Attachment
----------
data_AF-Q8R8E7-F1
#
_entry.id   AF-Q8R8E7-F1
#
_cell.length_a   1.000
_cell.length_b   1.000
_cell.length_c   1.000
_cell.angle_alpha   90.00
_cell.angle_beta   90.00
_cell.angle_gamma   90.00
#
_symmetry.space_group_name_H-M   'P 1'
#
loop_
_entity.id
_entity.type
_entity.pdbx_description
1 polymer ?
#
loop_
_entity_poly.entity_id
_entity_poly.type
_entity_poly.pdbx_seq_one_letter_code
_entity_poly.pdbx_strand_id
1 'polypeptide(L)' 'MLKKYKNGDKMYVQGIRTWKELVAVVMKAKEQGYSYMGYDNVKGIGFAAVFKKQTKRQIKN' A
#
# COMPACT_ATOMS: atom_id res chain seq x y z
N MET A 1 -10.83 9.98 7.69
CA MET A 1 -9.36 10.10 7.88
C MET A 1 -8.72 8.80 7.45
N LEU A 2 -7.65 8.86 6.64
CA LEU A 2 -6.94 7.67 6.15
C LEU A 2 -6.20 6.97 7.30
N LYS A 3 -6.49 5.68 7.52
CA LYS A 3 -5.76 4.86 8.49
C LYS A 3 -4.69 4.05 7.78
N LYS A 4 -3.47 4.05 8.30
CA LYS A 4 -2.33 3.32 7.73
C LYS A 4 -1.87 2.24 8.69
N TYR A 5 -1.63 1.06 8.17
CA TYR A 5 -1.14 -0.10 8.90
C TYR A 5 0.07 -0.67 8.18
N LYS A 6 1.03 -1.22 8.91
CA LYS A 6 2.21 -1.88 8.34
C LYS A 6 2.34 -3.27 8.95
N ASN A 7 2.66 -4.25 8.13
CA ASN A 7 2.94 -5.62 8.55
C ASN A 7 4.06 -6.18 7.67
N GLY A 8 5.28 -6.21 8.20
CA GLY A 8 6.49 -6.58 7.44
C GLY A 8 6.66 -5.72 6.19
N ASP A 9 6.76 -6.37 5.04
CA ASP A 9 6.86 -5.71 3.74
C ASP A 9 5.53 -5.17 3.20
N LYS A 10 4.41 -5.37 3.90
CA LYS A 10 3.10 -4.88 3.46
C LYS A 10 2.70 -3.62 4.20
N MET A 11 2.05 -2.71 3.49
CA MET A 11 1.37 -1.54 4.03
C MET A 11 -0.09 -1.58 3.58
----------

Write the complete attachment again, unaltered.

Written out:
data_AF-Q8R8E7-F1
#
_entry.id   AF-Q8R8E7-F1
#
_cell.length_a   1.000
_cell.length_b   1.000
_cell.length_c   1.000
_cell.angle_alpha   90.00
_cell.angle_beta   90.00
_cell.angle_gamma   90.00
#
_symmetry.space_group_name_H-M   'P 1'
#
loop_
_entity.id
_entity.type
_entity.pdbx_description
1 polymer ?
#
loop_
_entity_poly.entity_id
_entity_poly.type
_entity_poly.pdbx_seq_one_letter_code
_entity_poly.pdbx_strand_id
1 'polypeptide(L)' 'MLKKYKNGDKMYVQGIRTWKELVAVVMKAKEQGYSYMGYDNVKGIGFAAVFKKQTKRQIKN' A
#
# COMPACT_ATOMS: atom_id res chain seq x y z
N MET A 1 -10.83 9.98 7.69
CA MET A 1 -9.36 10.10 7.88
C MET A 1 -8.72 8.80 7.45
N LEU A 2 -7.65 8.86 6.64
CA LEU A 2 -6.94 7.67 6.15
C LEU A 2 -6.20 6.97 7.30
N LYS A 3 -6.49 5.68 7.52
CA LYS A 3 -5.76 4.86 8.49
C LYS A 3 -4.69 4.05 7.78
N LYS A 4 -3.47 4.05 8.30
CA LYS A 4 -2.33 3.32 7.73
C LYS A 4 -1.87 2.24 8.69
N TYR A 5 -1.63 1.06 8.17
CA TYR A 5 -1.14 -0.10 8.90
C TYR A 5 0.07 -0.67 8.18
N LYS A 6 1.03 -1.22 8.91
CA LYS A 6 2.21 -1.88 8.34
C LYS A 6 2.34 -3.27 8.95
N ASN A 7 2.66 -4.25 8.13
CA ASN A 7 2.94 -5.62 8.55
C ASN A 7 4.06 -6.18 7.67
N GLY A 8 5.28 -6.21 8.20
CA GLY A 8 6.49 -6.58 7.44
C GLY A 8 6.66 -5.72 6.19
N ASP A 9 6.76 -6.37 5.04
CA ASP A 9 6.86 -5.71 3.74
C ASP A 9 5.53 -5.17 3.20
N LYS A 10 4.41 -5.37 3.90
CA LYS A 10 3.10 -4.88 3.46
C LYS A 10 2.70 -3.62 4.20
N MET A 11 2.05 -2.71 3.49
CA MET A 11 1.37 -1.54 4.03
C MET A 11 -0.09 -1.58 3.58